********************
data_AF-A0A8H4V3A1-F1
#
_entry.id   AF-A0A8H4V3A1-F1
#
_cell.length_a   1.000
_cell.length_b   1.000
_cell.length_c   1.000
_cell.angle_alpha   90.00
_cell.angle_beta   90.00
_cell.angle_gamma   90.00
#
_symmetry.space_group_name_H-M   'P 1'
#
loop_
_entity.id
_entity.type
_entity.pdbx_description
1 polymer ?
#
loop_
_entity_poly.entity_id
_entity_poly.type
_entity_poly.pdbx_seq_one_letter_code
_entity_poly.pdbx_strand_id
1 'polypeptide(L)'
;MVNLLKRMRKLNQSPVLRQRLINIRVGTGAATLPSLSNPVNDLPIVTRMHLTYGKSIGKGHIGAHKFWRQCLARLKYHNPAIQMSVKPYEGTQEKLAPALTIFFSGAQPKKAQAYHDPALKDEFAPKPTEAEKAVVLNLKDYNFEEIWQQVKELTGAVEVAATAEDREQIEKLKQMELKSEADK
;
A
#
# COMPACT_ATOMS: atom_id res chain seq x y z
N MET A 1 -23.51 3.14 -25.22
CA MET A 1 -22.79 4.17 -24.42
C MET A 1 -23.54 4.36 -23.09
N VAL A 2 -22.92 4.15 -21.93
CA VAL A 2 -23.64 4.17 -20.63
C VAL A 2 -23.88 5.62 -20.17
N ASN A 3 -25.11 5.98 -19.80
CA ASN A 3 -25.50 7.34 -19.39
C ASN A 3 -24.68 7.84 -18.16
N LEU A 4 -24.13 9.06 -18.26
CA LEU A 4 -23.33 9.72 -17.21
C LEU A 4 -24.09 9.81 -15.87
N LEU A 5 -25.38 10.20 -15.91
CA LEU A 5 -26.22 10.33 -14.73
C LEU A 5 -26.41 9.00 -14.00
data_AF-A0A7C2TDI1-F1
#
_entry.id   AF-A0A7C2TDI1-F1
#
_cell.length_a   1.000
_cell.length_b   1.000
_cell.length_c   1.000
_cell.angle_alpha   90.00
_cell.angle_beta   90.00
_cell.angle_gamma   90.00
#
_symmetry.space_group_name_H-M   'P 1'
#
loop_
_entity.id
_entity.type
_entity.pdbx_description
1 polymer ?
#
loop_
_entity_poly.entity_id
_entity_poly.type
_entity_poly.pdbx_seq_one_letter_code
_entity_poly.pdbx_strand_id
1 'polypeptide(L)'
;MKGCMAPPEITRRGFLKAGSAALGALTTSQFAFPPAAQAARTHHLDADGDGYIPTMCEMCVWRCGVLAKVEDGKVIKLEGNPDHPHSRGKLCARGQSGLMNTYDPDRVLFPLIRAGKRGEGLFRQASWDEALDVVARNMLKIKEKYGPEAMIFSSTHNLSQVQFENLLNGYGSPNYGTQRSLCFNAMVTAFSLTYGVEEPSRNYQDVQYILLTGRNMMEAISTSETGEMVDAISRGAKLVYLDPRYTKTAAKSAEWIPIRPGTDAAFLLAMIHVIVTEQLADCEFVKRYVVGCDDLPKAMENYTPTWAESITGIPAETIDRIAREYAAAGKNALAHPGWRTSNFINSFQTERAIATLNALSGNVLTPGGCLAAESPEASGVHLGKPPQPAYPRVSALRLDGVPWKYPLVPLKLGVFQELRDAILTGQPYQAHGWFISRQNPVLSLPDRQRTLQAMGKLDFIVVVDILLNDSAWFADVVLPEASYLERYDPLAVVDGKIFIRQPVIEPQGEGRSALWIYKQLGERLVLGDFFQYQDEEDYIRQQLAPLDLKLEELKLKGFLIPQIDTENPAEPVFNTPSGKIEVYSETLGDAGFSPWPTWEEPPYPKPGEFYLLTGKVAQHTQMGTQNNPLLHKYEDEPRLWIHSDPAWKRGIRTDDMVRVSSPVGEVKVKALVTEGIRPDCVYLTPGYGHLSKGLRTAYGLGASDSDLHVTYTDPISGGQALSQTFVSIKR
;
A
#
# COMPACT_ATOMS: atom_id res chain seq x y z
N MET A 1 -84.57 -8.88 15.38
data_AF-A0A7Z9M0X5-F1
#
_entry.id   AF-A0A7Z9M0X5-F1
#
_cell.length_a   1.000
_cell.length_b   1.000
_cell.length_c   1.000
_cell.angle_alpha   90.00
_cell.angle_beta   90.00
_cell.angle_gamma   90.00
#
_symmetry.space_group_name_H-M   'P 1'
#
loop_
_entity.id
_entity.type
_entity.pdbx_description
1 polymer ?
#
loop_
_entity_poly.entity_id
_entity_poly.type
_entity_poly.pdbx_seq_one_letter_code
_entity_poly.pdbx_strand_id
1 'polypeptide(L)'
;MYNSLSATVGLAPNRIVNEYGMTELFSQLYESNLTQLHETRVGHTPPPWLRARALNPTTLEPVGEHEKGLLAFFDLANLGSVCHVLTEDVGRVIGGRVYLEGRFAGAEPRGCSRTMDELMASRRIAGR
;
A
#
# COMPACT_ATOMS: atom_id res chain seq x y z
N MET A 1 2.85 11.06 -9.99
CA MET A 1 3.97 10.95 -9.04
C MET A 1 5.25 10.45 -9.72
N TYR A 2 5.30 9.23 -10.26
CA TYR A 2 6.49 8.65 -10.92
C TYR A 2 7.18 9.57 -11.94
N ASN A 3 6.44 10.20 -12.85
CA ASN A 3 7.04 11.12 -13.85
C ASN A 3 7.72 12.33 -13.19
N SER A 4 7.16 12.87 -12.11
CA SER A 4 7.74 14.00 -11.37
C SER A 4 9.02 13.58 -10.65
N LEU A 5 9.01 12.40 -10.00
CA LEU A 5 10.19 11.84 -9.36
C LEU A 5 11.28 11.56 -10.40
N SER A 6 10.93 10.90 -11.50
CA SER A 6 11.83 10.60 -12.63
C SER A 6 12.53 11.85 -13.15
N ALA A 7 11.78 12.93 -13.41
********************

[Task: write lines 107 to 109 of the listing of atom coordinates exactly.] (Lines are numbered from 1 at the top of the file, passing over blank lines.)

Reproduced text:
N MET A 1 2.85 11.06 -9.99
CA MET A 1 3.97 10.95 -9.04
C MET A 1 5.25 10.45 -9.72